Can't Get It Outta My Head








                A Baby Boomer


       Muses on The Music

A (Partial) Answer to What’s New

A month ago, I blogged about new music in the rock and roll/pop genre. My conclusion then, and for years before, was that there wasn’t much being done these days that was equivalent to what was happening from the mid- to late-1950s and into the early ’70s. After a month of getting input, and paying more attention to what’s going on currently, I will stand by that statement — mostly. Still, there is some interesting stuff being done these days. The initial response to that blog came from a couple Alert Readers (again, hoping that Dave Barry hasn’t licensed that term). Bill Krueger — who of course should be alert, because we share ancestors — made the entirely practical suggestion of borrowing

Could They Be a Cult?

Unlike some members of my generation, I never belonged to a cult. But I was kind of a fan of the aqua-hued, shellfish variety. As in Blue Öyster Cult, the ’70s and on band that helped pioneer heavy metal music. Which in and of itself would not have been a selling point for me, as much as their interesting approach to song lyrics (and, to a lesser extent, packaging the rock product). Spent some time on the deck recently listening to BÖC, and that didn’t change that opinion. So let’s reflect on the roots of a band that dates back more than 50 years, and early in its career was supposed to be the American version of Black Sabbath. That ensemble was originally known as Soft White Underbelly — a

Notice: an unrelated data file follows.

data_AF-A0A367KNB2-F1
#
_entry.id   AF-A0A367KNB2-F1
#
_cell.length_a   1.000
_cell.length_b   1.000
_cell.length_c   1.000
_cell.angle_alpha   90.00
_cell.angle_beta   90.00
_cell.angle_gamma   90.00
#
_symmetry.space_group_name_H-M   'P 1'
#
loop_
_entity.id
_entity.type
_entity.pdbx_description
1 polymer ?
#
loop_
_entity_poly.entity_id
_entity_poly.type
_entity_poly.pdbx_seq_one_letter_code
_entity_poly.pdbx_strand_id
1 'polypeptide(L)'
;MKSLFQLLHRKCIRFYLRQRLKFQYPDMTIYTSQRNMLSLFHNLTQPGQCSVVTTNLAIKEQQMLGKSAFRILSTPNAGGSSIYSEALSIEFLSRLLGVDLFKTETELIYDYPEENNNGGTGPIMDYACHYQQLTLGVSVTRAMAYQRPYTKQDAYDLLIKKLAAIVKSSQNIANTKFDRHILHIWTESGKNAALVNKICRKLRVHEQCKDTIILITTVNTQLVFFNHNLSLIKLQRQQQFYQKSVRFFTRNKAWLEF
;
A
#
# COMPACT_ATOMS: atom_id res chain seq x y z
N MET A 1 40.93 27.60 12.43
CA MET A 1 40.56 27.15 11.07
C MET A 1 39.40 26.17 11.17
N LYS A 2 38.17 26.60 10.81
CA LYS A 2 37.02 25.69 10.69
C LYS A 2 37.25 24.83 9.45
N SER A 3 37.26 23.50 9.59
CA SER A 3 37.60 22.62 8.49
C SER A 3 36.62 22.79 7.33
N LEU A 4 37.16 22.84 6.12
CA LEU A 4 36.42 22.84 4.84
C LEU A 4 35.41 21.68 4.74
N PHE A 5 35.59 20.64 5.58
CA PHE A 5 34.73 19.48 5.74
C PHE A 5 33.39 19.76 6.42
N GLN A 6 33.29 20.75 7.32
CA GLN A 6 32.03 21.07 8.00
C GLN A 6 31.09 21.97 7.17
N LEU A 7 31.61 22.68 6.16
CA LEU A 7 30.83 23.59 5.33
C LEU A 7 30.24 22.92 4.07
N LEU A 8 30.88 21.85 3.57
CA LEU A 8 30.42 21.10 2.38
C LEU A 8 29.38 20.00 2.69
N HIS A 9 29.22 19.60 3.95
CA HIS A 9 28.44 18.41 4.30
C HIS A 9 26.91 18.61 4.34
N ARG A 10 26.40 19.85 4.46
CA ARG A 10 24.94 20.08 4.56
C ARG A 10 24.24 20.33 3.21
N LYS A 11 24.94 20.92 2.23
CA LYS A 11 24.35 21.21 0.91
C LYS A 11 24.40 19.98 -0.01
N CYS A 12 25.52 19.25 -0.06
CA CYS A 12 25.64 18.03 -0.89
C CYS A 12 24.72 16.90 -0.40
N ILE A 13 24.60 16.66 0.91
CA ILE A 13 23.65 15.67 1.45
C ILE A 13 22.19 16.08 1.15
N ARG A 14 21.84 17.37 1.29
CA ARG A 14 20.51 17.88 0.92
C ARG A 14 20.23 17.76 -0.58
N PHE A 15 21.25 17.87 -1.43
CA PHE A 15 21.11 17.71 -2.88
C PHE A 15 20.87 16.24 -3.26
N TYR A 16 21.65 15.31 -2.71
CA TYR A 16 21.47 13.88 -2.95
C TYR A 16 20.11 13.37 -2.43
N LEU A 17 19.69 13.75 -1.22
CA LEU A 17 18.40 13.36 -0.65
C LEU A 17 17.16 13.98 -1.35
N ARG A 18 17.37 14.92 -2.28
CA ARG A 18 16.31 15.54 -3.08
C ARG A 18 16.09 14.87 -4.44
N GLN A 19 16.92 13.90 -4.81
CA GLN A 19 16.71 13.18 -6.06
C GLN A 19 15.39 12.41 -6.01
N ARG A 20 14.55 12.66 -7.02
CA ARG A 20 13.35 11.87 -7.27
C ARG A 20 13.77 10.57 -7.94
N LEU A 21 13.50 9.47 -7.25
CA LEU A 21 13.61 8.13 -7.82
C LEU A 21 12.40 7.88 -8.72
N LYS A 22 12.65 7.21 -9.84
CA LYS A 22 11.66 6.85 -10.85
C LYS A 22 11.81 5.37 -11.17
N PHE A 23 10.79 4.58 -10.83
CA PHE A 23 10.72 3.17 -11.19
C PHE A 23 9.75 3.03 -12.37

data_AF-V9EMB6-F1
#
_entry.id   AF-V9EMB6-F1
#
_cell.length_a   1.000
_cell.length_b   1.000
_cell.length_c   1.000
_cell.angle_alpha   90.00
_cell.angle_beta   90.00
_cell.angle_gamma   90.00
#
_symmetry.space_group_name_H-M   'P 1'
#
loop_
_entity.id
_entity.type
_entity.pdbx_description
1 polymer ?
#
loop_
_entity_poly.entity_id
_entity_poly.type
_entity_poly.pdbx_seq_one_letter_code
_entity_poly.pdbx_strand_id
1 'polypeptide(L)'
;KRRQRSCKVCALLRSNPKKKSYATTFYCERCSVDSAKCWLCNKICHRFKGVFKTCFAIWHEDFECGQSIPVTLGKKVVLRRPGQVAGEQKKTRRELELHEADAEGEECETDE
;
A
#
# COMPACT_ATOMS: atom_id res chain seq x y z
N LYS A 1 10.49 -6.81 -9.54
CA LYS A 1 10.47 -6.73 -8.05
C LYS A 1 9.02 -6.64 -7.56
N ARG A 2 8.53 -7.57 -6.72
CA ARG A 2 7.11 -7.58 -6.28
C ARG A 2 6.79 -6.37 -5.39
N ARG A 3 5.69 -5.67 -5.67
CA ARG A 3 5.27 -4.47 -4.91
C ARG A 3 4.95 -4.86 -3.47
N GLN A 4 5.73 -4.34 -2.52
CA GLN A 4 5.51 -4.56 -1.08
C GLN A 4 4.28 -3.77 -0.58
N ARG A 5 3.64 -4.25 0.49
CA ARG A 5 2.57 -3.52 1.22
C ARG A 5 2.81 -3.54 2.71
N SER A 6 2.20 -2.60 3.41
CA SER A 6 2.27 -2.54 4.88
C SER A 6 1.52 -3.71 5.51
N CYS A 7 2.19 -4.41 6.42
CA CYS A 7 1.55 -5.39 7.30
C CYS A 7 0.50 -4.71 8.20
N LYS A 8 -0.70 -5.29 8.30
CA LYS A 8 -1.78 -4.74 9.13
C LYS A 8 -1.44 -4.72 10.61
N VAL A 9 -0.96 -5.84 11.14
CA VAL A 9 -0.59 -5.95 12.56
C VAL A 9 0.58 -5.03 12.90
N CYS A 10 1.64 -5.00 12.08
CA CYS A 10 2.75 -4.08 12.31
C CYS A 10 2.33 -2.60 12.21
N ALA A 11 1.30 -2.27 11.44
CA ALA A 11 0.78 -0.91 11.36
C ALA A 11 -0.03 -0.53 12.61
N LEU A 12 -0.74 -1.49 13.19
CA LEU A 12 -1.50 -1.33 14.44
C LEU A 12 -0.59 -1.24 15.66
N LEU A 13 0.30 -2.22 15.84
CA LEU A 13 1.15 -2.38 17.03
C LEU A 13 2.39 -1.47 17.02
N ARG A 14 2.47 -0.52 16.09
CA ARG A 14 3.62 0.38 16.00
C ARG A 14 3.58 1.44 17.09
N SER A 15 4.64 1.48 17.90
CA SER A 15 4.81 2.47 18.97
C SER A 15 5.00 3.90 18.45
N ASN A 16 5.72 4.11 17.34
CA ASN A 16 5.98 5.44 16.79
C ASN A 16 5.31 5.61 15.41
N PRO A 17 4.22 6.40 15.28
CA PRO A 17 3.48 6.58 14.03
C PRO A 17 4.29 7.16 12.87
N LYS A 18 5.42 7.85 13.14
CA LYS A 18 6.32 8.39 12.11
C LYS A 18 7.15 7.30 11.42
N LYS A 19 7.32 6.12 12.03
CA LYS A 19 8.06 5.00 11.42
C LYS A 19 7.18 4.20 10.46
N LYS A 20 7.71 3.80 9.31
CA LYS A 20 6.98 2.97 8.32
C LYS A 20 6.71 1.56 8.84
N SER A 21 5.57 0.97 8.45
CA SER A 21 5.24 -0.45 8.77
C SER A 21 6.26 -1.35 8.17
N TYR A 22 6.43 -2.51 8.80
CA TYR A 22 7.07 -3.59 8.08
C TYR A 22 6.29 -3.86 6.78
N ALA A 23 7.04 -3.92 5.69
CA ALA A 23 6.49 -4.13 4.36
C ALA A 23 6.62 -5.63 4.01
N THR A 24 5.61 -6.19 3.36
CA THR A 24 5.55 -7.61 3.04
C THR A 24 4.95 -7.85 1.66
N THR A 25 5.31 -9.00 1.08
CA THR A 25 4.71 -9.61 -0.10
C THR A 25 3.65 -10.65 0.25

I Can’t, Really …

My last post began with the statement that the title of this blog is not a throwaway line. But the original concept of that title — conceived two years or so ago, give or take a few months — related to the fact that, though I have pursued interests in other types and genres of music, I have always come back to The Music. That is, the popular music, and rock and roll, of the 1960s and ’70s. However, as that last post noted, Can’t Get It Outta My Head also means that the lyrics and tunes of The Music are stuck inside that same brain. Like the Bruce Springsteen song that inspired that post, they immaterialize in my synapses, sometimes with reason, other times randomly. The Boss’s “For You,” wh

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